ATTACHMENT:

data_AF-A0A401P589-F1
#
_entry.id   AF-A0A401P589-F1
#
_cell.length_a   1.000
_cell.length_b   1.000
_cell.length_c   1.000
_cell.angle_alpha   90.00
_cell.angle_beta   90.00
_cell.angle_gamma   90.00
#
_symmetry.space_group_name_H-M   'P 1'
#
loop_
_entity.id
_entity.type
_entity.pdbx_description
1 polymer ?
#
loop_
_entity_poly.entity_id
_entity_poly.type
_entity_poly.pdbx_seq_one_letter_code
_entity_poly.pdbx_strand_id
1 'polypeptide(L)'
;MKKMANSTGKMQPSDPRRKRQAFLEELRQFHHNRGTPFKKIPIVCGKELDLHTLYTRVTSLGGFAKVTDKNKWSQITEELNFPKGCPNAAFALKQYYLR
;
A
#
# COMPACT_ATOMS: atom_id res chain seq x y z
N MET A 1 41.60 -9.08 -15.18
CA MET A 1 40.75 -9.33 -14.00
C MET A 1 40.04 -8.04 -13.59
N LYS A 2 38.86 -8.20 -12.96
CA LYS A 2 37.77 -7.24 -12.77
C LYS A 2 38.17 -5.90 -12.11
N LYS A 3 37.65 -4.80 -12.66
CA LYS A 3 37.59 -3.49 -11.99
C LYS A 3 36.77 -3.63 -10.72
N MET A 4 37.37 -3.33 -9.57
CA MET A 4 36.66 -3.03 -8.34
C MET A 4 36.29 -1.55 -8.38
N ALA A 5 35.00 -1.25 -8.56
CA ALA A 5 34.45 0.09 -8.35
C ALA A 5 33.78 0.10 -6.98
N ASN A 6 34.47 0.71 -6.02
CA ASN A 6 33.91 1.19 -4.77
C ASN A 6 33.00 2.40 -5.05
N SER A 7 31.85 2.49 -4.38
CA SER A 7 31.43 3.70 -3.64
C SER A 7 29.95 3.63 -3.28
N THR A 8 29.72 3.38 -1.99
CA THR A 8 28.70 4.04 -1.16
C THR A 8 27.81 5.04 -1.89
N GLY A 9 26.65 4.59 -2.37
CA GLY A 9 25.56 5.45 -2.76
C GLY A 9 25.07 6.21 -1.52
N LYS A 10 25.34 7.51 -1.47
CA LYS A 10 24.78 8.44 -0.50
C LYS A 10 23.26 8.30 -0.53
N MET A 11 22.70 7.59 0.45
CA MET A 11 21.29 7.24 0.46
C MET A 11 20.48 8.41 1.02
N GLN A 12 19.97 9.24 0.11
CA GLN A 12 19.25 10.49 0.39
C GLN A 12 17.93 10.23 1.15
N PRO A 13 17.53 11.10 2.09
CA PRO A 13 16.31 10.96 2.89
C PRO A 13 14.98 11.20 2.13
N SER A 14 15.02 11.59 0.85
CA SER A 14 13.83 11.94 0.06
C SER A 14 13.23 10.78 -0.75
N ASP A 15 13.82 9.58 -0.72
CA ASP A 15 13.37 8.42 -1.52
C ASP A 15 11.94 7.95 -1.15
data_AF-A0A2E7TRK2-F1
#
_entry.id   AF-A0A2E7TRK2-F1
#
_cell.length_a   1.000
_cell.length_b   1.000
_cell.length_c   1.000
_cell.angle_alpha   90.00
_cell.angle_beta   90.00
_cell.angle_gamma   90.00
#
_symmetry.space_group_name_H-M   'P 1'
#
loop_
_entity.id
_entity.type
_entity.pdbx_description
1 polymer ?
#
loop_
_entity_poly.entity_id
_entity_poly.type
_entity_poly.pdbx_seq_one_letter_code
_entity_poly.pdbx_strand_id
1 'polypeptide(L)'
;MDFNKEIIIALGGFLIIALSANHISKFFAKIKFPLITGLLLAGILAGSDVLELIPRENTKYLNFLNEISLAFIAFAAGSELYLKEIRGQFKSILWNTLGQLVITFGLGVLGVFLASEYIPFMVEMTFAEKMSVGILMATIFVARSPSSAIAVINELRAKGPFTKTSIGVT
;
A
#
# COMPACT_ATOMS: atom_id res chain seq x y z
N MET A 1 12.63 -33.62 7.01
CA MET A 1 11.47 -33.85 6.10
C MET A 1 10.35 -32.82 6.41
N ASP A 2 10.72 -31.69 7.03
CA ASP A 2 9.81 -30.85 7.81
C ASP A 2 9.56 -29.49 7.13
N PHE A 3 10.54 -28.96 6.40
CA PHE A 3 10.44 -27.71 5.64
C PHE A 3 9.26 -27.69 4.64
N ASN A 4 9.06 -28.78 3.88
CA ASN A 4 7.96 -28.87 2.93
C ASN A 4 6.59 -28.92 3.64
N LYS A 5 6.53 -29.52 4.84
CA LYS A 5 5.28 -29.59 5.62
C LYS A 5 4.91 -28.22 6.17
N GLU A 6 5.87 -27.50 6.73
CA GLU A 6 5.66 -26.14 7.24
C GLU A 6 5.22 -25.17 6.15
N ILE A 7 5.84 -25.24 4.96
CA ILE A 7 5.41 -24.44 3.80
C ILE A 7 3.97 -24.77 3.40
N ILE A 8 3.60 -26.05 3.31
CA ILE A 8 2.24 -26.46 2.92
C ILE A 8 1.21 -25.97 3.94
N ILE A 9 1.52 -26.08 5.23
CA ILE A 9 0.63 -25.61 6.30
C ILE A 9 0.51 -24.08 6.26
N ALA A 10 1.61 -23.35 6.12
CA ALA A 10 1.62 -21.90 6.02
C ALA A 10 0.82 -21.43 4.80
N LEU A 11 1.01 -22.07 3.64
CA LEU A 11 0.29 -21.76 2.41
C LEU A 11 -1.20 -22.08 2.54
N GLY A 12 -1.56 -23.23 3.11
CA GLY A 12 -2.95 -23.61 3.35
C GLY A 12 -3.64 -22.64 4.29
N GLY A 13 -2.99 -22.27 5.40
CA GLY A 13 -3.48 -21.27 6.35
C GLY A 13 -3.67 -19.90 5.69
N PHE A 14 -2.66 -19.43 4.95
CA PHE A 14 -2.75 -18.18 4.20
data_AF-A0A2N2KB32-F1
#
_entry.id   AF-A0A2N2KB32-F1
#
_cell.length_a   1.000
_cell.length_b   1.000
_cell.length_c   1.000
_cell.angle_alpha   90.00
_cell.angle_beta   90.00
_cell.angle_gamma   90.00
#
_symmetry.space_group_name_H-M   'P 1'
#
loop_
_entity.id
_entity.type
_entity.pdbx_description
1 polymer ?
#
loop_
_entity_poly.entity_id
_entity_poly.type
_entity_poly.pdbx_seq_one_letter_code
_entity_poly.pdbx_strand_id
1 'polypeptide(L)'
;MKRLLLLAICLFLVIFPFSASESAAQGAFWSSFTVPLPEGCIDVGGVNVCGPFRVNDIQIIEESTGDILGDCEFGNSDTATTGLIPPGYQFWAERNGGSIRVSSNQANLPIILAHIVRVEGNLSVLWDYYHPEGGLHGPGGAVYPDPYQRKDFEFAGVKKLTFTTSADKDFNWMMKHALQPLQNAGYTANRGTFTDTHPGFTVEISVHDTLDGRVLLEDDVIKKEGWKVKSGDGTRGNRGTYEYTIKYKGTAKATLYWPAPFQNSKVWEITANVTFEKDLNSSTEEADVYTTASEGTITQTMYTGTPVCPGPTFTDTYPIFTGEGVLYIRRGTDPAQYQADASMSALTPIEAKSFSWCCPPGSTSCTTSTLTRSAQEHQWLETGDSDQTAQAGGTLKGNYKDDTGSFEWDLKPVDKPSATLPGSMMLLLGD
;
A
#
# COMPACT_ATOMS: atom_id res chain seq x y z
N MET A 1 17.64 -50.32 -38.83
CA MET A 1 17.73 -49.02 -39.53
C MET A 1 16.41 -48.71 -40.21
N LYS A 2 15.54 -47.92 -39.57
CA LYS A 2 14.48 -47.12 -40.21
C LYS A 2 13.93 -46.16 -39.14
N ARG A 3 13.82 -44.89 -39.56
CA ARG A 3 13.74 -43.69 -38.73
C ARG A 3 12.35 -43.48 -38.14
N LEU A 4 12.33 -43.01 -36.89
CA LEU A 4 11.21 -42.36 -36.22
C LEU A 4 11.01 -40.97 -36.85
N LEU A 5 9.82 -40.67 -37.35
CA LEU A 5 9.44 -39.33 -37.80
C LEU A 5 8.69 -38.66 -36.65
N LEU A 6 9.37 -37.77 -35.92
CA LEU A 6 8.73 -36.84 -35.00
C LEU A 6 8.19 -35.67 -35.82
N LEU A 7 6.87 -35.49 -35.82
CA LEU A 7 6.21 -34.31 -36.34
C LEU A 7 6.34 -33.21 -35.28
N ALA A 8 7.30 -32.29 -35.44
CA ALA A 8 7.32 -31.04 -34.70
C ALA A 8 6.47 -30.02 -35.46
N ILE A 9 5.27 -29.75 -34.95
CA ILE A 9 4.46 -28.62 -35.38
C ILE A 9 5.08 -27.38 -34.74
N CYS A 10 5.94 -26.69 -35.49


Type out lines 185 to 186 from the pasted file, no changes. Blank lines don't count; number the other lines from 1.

C ARG A 3 12.35 -43.48 -38.14
N LEU A 4 12.33 -43.01 -36.89